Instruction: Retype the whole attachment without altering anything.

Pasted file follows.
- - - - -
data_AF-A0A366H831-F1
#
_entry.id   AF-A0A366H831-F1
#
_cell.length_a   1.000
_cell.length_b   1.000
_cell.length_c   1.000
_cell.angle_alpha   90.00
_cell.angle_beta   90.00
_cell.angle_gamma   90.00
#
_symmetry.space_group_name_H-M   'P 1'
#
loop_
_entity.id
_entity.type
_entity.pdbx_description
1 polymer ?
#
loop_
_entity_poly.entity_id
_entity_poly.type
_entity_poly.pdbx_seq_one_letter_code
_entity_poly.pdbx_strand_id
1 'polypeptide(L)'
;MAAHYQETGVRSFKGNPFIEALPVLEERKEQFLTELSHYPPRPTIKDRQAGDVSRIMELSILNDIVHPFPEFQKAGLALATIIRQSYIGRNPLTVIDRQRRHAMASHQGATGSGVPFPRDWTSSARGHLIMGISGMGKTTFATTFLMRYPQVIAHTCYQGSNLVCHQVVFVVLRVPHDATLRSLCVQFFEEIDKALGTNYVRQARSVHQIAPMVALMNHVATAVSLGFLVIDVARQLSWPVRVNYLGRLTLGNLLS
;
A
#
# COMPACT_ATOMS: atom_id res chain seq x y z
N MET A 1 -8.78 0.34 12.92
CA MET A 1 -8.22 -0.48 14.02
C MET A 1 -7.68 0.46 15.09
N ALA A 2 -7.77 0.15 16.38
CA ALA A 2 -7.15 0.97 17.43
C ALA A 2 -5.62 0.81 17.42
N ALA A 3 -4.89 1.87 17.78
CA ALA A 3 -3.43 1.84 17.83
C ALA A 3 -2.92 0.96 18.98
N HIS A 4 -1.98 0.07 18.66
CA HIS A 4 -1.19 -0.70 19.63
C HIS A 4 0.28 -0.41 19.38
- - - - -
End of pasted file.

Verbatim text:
data_AF-A0A366H831-F1
#
_entry.id   AF-A0A366H831-F1
#
_cell.length_a   1.000
_cell.length_b   1.000
_cell.length_c   1.000
_cell.angle_alpha   90.00
_cell.angle_beta   90.00
_cell.angle_gamma   90.00
#
_symmetry.space_group_name_H-M   'P 1'
#
loop_
_entity.id
_entity.type
_entity.pdbx_description
1 polymer ?
#
loop_
_entity_poly.entity_id
_entity_poly.type
_entity_poly.pdbx_seq_one_letter_code
_entity_poly.pdbx_strand_id
1 'polypeptide(L)'
;MAAHYQETGVRSFKGNPFIEALPVLEERKEQFLTELSHYPPRPTIKDRQAGDVSRIMELSILNDIVHPFPEFQKAGLALATIIRQSYIGRNPLTVIDRQRRHAMASHQGATGSGVPFPRDWTSSARGHLIMGISGMGKTTFATTFLMRYPQVIAHTCYQGSNLVCHQVVFVVLRVPHDATLRSLCVQFFEEIDKALGTNYVRQARSVHQIAPMVALMNHVATAVSLGFLVIDVARQLSWPVRVNYLGRLTLGNLLS
;
A
#
# COMPACT_ATOMS: atom_id res chain seq x y z
N MET A 1 -8.78 0.34 12.92
CA MET A 1 -8.22 -0.48 14.02
C MET A 1 -7.68 0.46 15.09
N ALA A 2 -7.77 0.15 16.38
CA ALA A 2 -7.15 0.97 17.43
C ALA A 2 -5.62 0.81 17.42
N ALA A 3 -4.89 1.87 17.78
CA ALA A 3 -3.43 1.84 17.83
C ALA A 3 -2.92 0.96 18.98
N HIS A 4 -1.98 0.07 18.66
CA HIS A 4 -1.19 -0.70 19.63
C HIS A 4 0.28 -0.41 19.38